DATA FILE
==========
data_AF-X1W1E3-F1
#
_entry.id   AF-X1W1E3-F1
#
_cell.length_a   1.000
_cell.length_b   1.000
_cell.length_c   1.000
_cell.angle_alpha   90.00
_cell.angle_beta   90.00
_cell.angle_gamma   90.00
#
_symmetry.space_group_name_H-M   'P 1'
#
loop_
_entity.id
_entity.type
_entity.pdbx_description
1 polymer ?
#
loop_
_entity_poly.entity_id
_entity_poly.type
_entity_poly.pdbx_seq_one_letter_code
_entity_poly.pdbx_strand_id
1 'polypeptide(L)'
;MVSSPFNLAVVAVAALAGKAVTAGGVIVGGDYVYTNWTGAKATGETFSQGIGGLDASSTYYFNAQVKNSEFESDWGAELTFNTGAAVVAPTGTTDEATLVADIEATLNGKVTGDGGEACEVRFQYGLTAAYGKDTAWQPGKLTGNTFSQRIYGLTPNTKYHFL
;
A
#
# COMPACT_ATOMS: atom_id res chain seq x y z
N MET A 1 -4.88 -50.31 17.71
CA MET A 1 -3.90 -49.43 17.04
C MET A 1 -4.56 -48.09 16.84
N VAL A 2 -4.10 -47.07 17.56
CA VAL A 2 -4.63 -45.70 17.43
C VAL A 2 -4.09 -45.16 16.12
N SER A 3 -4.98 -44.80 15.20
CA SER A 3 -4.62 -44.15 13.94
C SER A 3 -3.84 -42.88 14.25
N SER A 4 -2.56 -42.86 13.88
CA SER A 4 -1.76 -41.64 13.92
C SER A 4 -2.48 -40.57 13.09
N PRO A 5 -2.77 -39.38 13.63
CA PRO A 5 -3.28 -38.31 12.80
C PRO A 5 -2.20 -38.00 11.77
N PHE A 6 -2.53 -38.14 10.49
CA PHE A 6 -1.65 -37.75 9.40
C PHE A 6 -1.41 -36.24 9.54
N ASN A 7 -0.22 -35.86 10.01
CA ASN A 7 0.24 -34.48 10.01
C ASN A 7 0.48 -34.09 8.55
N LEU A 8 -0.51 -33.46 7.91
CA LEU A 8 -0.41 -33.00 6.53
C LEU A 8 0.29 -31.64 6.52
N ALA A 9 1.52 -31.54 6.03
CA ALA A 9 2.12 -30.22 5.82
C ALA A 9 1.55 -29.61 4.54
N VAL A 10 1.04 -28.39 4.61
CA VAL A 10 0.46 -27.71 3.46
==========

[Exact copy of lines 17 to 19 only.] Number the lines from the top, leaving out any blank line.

_entity.pdbx_description
1 polymer ?
#